Standard retail lease forms typically grant a landlord unrestricted access to the leased premises for purposes of inspections, repairs, and environmental testing. However, such a provision in a lease with a cannabis tenant could cause the tenant to violate local cannabis laws, such as California’s Medicinal and Adult Use Cannabis Regulation Safety Act. The necessary considerations in this area parallel those that have come into play recently as medical office users are migrating to retail centers. Landlords who lease retail space to medical office users know they may not have unrestricted access to protected areas containing items like medical files with confidential health care information or medication storage areas. Likewise, many states require cannabis businesses to have “limited access areas” to restrict who can access cannabis products and to protect the confidential health care information of medicinal cannabis users. Thus, landlords should familiarize themselves with local laws to ensure that their leases allow them sufficient access to the premises while still complying with all applicable laws.

8. Licensing Contingencies

Cannabis business license requirements can vary significantly from state to state and even county to county. Many jurisdictions require an applicant for a cannabis business license to secure a location for their store before applying for a business license. Like restaurant tenants, whose leases are typically contingent upon their successful receipt of a liquor license, cannabis tenants will likely negotiate leases that are contingent upon their successfully obtaining a cannabis business license. As such, landlords should familiarize themselves with local licensing laws so they know when a lease contingency is appropriate and for how long it should last.

9. Permitted Use Specificity

As with any retail lease, landlords should narrowly tailor the tenant’s permitted uses of the premises by specifically itemizing which activities are permitted and which are prohibited. Because cannabis law is continually evolving, activities that are still illegal in some areas could become legal down the road. Landlords should avoid permitting cannabis tenants to use the leased premises for “any lawful purpose,” as an open-ended provision could eventually allow the tenant to participate in activities not contemplated by the landlord, such as smoking and consuming cannabis on the premises. With regard to cannabis dispensaries, landlords might consider limiting the permitted use to something like “retail sale for off-premises consumption only.”

Contact Us

Husch Blackwell has experience working with retail landlords on how to lease to cannabis tenants with an eye toward more intense forthcoming regulation. Our Cannabis and Real Estate & Development lawyers have the expertise to assist landlords considering diversifying their retail centers by leasing to cannabis tenants. Contact Andrew Hodgson, Marshall Custer, or your Husch Blackwell attorney.

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Photo of Andrew Hodgson Andrew Hodgson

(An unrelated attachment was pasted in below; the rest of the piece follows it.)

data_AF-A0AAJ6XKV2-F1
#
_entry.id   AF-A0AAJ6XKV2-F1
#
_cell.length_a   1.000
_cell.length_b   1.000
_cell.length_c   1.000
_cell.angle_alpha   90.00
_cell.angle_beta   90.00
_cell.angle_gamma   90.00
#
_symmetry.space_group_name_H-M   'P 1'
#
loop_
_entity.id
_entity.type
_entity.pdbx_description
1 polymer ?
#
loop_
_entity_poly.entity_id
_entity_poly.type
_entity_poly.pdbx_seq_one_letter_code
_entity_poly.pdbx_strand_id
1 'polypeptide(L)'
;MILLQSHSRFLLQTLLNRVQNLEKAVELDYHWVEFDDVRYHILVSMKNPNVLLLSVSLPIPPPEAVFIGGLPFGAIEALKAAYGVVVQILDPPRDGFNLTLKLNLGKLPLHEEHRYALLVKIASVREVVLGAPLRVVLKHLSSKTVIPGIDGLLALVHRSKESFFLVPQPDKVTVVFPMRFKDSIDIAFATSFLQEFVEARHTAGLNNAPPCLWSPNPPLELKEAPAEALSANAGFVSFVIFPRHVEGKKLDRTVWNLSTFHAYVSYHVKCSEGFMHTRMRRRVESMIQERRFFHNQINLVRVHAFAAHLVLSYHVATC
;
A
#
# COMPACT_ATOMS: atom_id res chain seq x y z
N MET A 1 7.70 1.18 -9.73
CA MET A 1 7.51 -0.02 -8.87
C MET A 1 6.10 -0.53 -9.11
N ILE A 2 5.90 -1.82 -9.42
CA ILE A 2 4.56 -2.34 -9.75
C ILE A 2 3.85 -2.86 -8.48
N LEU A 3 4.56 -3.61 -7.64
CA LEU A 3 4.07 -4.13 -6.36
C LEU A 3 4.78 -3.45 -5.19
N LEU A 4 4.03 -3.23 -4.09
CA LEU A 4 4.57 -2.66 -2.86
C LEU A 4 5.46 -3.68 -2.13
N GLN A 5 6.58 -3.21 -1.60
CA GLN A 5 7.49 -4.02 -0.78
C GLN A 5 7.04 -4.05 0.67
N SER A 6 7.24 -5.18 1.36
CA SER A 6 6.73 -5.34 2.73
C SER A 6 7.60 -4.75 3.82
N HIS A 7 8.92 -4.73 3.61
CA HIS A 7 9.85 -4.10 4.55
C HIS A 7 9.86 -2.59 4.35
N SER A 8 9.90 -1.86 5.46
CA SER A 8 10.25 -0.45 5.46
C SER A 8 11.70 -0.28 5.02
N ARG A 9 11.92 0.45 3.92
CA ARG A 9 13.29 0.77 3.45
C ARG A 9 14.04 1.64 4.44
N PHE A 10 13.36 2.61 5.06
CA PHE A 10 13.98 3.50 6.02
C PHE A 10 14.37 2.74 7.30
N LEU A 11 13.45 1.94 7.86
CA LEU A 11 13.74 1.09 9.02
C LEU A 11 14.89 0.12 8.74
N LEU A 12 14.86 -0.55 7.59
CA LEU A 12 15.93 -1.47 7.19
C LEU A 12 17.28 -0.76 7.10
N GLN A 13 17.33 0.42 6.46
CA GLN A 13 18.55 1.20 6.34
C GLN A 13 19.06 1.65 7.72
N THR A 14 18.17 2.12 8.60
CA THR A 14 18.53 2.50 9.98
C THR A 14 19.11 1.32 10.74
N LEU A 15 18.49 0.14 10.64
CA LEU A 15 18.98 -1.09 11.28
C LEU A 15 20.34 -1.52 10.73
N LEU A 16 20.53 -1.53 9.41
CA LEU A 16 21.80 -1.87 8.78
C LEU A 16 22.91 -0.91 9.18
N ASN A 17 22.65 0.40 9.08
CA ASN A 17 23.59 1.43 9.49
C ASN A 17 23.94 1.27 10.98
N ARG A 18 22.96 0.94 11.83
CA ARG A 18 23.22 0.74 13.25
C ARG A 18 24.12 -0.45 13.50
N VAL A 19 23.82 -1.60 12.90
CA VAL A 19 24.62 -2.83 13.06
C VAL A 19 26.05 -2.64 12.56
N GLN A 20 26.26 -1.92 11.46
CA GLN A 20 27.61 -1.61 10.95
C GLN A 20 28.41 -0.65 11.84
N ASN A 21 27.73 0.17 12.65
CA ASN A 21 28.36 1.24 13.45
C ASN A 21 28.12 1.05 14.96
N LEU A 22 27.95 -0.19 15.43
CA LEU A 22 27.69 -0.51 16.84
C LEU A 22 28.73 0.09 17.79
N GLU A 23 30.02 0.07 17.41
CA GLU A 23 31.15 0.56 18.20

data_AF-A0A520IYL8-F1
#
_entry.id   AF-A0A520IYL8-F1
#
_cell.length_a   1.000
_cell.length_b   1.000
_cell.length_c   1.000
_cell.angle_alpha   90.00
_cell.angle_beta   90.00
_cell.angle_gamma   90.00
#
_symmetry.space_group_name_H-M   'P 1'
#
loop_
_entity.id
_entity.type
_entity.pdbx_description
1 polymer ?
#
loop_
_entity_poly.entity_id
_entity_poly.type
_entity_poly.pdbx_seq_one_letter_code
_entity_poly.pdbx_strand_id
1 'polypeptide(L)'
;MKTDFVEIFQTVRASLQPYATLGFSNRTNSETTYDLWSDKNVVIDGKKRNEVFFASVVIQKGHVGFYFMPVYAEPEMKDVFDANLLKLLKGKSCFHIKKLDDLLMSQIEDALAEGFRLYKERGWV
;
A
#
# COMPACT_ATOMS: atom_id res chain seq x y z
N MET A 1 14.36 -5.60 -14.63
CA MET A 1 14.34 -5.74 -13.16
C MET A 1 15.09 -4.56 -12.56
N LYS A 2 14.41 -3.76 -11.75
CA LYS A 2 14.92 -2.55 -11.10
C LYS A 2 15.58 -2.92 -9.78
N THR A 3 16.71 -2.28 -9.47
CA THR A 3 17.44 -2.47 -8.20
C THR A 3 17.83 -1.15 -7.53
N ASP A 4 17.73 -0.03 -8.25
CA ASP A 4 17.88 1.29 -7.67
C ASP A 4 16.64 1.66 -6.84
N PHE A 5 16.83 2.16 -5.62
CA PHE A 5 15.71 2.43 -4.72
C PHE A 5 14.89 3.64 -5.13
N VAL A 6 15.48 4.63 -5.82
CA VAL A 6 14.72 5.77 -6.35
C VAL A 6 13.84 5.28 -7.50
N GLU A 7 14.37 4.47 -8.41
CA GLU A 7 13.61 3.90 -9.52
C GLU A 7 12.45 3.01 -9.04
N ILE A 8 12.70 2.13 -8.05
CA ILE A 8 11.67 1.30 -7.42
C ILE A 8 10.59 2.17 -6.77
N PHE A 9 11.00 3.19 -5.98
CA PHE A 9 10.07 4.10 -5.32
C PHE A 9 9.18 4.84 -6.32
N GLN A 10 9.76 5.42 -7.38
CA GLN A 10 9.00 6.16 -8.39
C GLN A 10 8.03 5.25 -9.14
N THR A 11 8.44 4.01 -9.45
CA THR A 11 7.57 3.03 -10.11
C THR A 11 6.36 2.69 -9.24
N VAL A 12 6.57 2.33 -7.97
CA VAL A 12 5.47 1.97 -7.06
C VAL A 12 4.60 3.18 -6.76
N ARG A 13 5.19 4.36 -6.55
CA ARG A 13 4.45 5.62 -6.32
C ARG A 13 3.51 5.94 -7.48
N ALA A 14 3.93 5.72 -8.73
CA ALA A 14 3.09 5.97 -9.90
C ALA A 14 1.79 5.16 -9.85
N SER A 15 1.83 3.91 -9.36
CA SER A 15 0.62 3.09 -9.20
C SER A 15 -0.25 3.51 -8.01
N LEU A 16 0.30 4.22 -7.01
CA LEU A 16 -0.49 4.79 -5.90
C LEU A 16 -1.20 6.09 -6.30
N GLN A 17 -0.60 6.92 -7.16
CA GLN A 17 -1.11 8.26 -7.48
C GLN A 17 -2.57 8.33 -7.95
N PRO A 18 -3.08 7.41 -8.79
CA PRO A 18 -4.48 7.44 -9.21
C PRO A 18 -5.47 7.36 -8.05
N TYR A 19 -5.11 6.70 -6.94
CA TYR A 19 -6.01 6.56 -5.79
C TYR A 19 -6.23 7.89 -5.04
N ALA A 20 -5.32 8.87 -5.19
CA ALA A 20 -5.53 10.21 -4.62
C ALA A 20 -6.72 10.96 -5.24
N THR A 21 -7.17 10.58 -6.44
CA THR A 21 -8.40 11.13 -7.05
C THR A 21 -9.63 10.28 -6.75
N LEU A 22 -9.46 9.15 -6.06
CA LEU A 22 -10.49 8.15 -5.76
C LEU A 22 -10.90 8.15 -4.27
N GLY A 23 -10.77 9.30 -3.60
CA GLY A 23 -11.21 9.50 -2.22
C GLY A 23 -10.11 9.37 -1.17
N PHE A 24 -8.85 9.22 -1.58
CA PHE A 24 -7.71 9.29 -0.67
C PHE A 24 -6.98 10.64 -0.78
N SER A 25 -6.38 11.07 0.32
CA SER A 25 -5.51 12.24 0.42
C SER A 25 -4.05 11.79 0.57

Andrew handles all phases of commercial real estate transactions from negotiation through due diligence and closing.

Enjoying the challenge of each property being unique, Andrew represents sellers, landlords, buyers and tenants nationwide in sophisticated real estate transactions for retail, industrial and office properties.

Andrew handles all phases of commercial real estate transactions from negotiation through due diligence and closing.

Enjoying the challenge of each property being unique, Andrew represents sellers, landlords, buyers and tenants nationwide in sophisticated real estate transactions for retail, industrial and office properties. At every stage of a transaction, he works closely with clients to strategize a successful deal; collaborates with municipalities, title companies, brokers and escrow agents; and astutely overcomes obstacles as they arise. Although Andrew primarily serves on the firm’s Retail Real Estate team, he guides clients across multiple industries, including helping clients in the cannabis and alcohol & beverage sectors as they navigate quickly changing regulatory issues of development, leasing and tenancy.

Andrew also has experience serving as local counsel for borrowers and lenders on loans secured by real estate in Tennessee ranging from single-asset loans to multistate, portfolio and capital market loans.

Photo of Mikah Roberts Mikah Roberts

Mikah helps clients build their businesses and develop their communities through commercial real estate transactions.

Mikah had grown up hearing that she’d make a good attorney—and then she realized as a student that she genuinely would be good at it. Legal practice was

Mikah helps clients build their businesses and develop their communities through commercial real estate transactions.

Mikah had grown up hearing that she’d make a good attorney—and then she realized as a student that she genuinely would be good at it. Legal practice was a combination of reading, learning and researching, all of which she’d always been passionate about, as well as an opportunity to help others and serve as a resource.

After enrolling in law school, Mikah discovered quickly that her calling was transactional law. She was drawn to the idea of leaving both sides better off, and she loved the collaboration transactions fostered. Her time as a Husch Blackwell summer associate sparked an interest specific to real estate transactions: Mikah was struck by the concrete way that real estate developed communities, and she knew she would value playing a role in both Chattanooga and client communities further afield. Now a full associate at the firm, Mikah handles both commercial leasing and real property purchase and sale.

With a focus on client service, Mikah draws on the extensive direct client experience she gained very early in her career. As a law student, Mikah served as a clerk for the Legal Aid Society of Middle Tennessee & the Cumberlands, where she worked one on one with clients to resolve tax matters. The experience showed her how much clients depend on sound legal advice and assistance from their attorney, and she learned how to ask the right questions to provide the best support. Clients value Mikah’s eye for detail, her interest in their business needs and her commitment to helping them reach their goals.